(5) My Attitude of Tolerance and Respect For Others: respecting someone is recognizing that he (she) is a human being (and not a sub-human). It thus implies to admit that he (she) has a transcendental dignity, that dignity we cannot override without denying humanity as such. Human dignity reveals a basic equality of human beings. Moreover, respecting someone is also showing that we have a minimum "consideration" for him/her. Consideration for others is going over the recognition of their dignity. It presupposes an attitude of openness that characterizes our state of mind : to be open to anything we could find out in the others' experience or self. Respect for others is itself a condition for the actualization of some values and virtues. For instance, we cannot practice justice without respecting all people and individuals. We cannot feel compassion for suffering people without fully respecting them as persons. The German theologian and philosopher Nicholas of Cues (1401-1464) said that only cultural and religious diversities led to wars, cruelties and persecution. Such diversities are rooted in the history of peoples and cultures[23]. De Cues was then promoting mutual respect and tolerance. Tolerance and respect for each other requires a cross-cultural awareness from all parties. According to Connerley and Pedersen (2005), such leader's awareness includes the following elements:


« (1) an ability to recognize direct and indirect communication styles; (2) a sensitivity to nonverbal cues; (3) an awareness of cultural and linguistic differences; (4) an interest in the culture; (5) a sensitivity to the myths and stereotypes of the culture; (6) a concern for the welfare of persons from another culture; (7) an ability to articulate elements of his/her own culture; (8) an appreciation of the importance of multicultural teaching; (9) an awareness of the relationships between cultural groups; (10) an accurate criteria for objectively judging "goodness" and "badness" in the other culture »[24].


(6) The Way I Initiate a Moral Dialogue with my Foreign Partners: any dialogue presupposes an attitude of mutual respect and honesty. We must be open-minded, so that we should not have any kind of moral certainty. Otherwise, any discussion about ethical issues will never be possible. It does not mean that we don't have moral convictions and values. Rather, it means that we are not ready to impose them to our partners. Does it imply that there is no absolute or universal evil we could define? No, ethical relativism presupposes either that there is no ultimate, universal notions of good and bad, right and wrong, or that there is no means to find out such universal notions. Ethical relativism is thus saying that even basic human rights can vary from culture to culture, and that they could be negated in given civilizations because of "cultural conditionings". Moral dialogue must recognize: (1) the truth of ethical relativism: some ethical issues could be connected to different rules and norms, depending on the societal culture and history; (2) the truth of ethical universalism: basic human rights as universal norms. There should be some evils that cannot be interpreted as a good; Miller (2004) gave the example of Nazism. According to Tsutsumibayashi (2005), it is very important to distance the inter-civilizational dialogue from some political ends: we could reach that end in creating shared moral values (share ethics) among peoples of various nations and cultures; it should a "world ethics" that will have political effects but that should never be subjected to a prior political manipulation[25];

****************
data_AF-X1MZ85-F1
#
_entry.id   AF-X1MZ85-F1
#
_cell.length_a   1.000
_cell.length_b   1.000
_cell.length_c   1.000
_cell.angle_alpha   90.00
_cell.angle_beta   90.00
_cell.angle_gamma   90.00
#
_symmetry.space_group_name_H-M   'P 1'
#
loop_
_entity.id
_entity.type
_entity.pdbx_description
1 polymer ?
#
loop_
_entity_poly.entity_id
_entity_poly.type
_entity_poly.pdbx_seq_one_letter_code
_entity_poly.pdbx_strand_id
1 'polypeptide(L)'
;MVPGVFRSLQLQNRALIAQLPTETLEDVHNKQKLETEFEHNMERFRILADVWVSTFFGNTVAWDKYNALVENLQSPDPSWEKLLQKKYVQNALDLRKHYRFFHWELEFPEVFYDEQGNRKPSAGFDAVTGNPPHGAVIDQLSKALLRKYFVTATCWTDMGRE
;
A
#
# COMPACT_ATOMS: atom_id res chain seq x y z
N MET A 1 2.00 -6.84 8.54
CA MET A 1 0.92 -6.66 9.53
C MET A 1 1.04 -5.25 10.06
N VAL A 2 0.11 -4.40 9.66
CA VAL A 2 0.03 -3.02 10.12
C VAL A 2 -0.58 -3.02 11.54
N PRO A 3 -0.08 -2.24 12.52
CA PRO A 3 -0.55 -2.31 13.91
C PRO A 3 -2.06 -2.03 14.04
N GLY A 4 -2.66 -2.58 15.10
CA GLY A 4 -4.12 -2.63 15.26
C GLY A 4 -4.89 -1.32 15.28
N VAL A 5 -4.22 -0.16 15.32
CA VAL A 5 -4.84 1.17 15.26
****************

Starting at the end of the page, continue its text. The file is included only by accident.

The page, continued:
(7) My Ability to Question Myself about Values and Practices in our Globalized World: Gadamer (1960) said that the act of questioning ourselves implies the knowledge of the "not-knowing", that is, the awareness that we do not know a lot about the object of our questioning. Questioning ourselves is searching for truth and accepting to be part of an authentic dialogue with others[26]. Within the process of questioning, there is both a challenge and a danger: the challenge to overcome the pitfalls of ethnocentrism, and the danger to loose our own existential security. Such personal questioning has to circumscribe the areas of tolerance and those behaviours that cannot be tolerated because they are negating humanity as such. In other words, to be tolerant is not to tolerate everything. Basic human rights have to be safeguarded (ethical universalism), while other apparently questionable behaviours should be placed in their cultural/religious context (ethical relativism). Ethical discernment is the way to distinguish both kinds of ethical issues. The ability to question ourselves about values and practices is a condition to have an authentic search for the ultimate truth. The authenticity of the existential quest for truth presupposes that the individual is not considering that he/she is infinite, but rather that he (she) is accepting his/her own existential finitude. Authentic being is the being recognizing its own finitude and "having-to-die" condition[27].